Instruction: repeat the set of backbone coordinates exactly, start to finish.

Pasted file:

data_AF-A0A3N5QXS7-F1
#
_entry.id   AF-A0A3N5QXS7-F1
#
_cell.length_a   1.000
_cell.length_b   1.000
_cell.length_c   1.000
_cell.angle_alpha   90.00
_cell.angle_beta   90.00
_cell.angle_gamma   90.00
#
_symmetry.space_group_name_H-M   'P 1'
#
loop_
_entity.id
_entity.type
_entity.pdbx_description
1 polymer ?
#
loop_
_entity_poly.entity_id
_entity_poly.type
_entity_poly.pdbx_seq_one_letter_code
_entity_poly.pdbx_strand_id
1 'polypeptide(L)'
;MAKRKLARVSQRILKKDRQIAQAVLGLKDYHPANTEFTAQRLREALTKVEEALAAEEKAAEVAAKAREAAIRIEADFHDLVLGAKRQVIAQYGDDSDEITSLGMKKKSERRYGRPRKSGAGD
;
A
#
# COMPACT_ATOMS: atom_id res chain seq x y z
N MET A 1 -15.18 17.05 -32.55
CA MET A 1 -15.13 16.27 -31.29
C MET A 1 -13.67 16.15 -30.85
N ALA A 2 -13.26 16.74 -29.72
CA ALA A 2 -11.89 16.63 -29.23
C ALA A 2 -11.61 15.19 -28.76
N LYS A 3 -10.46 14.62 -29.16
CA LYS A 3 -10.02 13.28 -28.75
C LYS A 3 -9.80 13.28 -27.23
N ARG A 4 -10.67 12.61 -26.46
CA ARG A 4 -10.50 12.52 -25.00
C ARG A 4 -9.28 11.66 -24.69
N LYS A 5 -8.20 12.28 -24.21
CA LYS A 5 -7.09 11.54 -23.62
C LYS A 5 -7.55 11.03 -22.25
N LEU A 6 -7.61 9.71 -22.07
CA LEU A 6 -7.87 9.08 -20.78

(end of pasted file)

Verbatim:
data_AF-A0A3N5QXS7-F1
#
_entry.id   AF-A0A3N5QXS7-F1
#
_cell.length_a   1.000
_cell.length_b   1.000
_cell.length_c   1.000
_cell.angle_alpha   90.00
_cell.angle_beta   90.00
_cell.angle_gamma   90.00
#
_symmetry.space_group_name_H-M   'P 1'
#
loop_
_entity.id
_entity.type
_entity.pdbx_description
1 polymer ?
#
loop_
_entity_poly.entity_id
_entity_poly.type
_entity_poly.pdbx_seq_one_letter_code
_entity_poly.pdbx_strand_id
1 'polypeptide(L)'
;MAKRKLARVSQRILKKDRQIAQAVLGLKDYHPANTEFTAQRLREALTKVEEALAAEEKAAEVAAKAREAAIRIEADFHDLVLGAKRQVIAQYGDDSDEITSLGMKKKSERRYGRPRKSGAGD
;
A
#
# COMPACT_ATOMS: atom_id res chain seq x y z
N MET A 1 -15.18 17.05 -32.55
CA MET A 1 -15.13 16.27 -31.29
C MET A 1 -13.67 16.15 -30.85
N ALA A 2 -13.26 16.74 -29.72
CA ALA A 2 -11.89 16.63 -29.23
C ALA A 2 -11.61 15.19 -28.76
N LYS A 3 -10.46 14.62 -29.16
CA LYS A 3 -10.02 13.28 -28.75
C LYS A 3 -9.80 13.28 -27.23
N ARG A 4 -10.67 12.61 -26.46
CA ARG A 4 -10.50 12.52 -25.00
C ARG A 4 -9.28 11.66 -24.69
N LYS A 5 -8.20 12.28 -24.21
CA LYS A 5 -7.09 11.54 -23.62
C LYS A 5 -7.55 11.03 -22.25
N LEU A 6 -7.61 9.71 -22.07
CA LEU A 6 -7.87 9.08 -20.78